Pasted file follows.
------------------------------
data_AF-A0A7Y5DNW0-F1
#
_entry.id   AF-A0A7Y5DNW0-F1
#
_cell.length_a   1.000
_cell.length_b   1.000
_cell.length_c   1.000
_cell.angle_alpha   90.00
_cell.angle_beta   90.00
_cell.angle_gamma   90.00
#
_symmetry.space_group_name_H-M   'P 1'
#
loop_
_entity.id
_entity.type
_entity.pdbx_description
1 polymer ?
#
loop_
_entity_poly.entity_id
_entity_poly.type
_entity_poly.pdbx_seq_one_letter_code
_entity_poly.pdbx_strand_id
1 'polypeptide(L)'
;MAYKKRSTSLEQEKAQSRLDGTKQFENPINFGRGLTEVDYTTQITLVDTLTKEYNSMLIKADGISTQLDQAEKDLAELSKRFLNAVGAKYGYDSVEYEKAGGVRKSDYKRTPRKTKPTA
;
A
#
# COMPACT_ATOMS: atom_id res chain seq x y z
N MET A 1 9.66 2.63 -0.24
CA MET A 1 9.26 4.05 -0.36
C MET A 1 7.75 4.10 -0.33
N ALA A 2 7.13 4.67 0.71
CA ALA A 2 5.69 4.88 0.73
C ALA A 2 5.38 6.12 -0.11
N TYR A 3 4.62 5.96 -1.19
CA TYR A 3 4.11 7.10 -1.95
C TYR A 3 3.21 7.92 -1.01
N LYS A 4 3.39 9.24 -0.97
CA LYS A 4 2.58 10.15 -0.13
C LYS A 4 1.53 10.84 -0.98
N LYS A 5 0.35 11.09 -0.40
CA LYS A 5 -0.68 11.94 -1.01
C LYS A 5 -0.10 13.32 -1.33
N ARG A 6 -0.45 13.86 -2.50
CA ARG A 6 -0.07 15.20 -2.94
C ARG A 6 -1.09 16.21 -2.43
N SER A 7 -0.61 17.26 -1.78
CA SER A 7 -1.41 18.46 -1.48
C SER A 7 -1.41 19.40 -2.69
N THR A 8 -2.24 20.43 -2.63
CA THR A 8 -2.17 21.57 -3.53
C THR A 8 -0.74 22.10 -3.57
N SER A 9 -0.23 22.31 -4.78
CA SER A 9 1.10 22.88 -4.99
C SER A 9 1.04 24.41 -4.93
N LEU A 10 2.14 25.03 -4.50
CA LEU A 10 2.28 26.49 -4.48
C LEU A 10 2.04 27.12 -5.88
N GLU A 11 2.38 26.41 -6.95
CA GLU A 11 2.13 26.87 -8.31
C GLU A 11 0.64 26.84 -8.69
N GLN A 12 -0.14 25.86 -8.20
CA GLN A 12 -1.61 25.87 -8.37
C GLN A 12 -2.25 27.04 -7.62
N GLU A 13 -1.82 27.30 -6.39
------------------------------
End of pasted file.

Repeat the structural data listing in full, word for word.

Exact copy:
data_AF-A0A7Y5DNW0-F1
#
_entry.id   AF-A0A7Y5DNW0-F1
#
_cell.length_a   1.000
_cell.length_b   1.000
_cell.length_c   1.000
_cell.angle_alpha   90.00
_cell.angle_beta   90.00
_cell.angle_gamma   90.00
#
_symmetry.space_group_name_H-M   'P 1'
#
loop_
_entity.id
_entity.type
_entity.pdbx_description
1 polymer ?
#
loop_
_entity_poly.entity_id
_entity_poly.type
_entity_poly.pdbx_seq_one_letter_code
_entity_poly.pdbx_strand_id
1 'polypeptide(L)'
;MAYKKRSTSLEQEKAQSRLDGTKQFENPINFGRGLTEVDYTTQITLVDTLTKEYNSMLIKADGISTQLDQAEKDLAELSKRFLNAVGAKYGYDSVEYEKAGGVRKSDYKRTPRKTKPTA
;
A
#
# COMPACT_ATOMS: atom_id res chain seq x y z
N MET A 1 9.66 2.63 -0.24
CA MET A 1 9.26 4.05 -0.36
C MET A 1 7.75 4.10 -0.33
N ALA A 2 7.13 4.67 0.71
CA ALA A 2 5.69 4.88 0.73
C ALA A 2 5.38 6.12 -0.11
N TYR A 3 4.62 5.96 -1.19
CA TYR A 3 4.11 7.10 -1.95
C TYR A 3 3.21 7.92 -1.01
N LYS A 4 3.39 9.24 -0.97
CA LYS A 4 2.58 10.15 -0.13
C LYS A 4 1.53 10.84 -0.98
N LYS A 5 0.35 11.09 -0.40
CA LYS A 5 -0.68 11.94 -1.01
C LYS A 5 -0.10 13.32 -1.33
N ARG A 6 -0.45 13.86 -2.50
CA ARG A 6 -0.07 15.20 -2.94
C ARG A 6 -1.09 16.21 -2.43
N SER A 7 -0.61 17.26 -1.78
CA SER A 7 -1.41 18.46 -1.48
C SER A 7 -1.41 19.40 -2.69
N THR A 8 -2.24 20.43 -2.63
CA THR A 8 -2.17 21.57 -3.53
C THR A 8 -0.74 22.10 -3.57
N SER A 9 -0.23 22.31 -4.78
CA SER A 9 1.10 22.88 -4.99
C SER A 9 1.04 24.41 -4.93
N LEU A 10 2.14 25.03 -4.50
CA LEU A 10 2.28 26.49 -4.48
C LEU A 10 2.04 27.12 -5.88
N GLU A 11 2.38 26.41 -6.95
CA GLU A 11 2.13 26.87 -8.31
C GLU A 11 0.64 26.84 -8.69
N GLN A 12 -0.14 25.86 -8.20
CA GLN A 12 -1.61 25.87 -8.37
C GLN A 12 -2.25 27.04 -7.62
N GLU A 13 -1.82 27.30 -6.39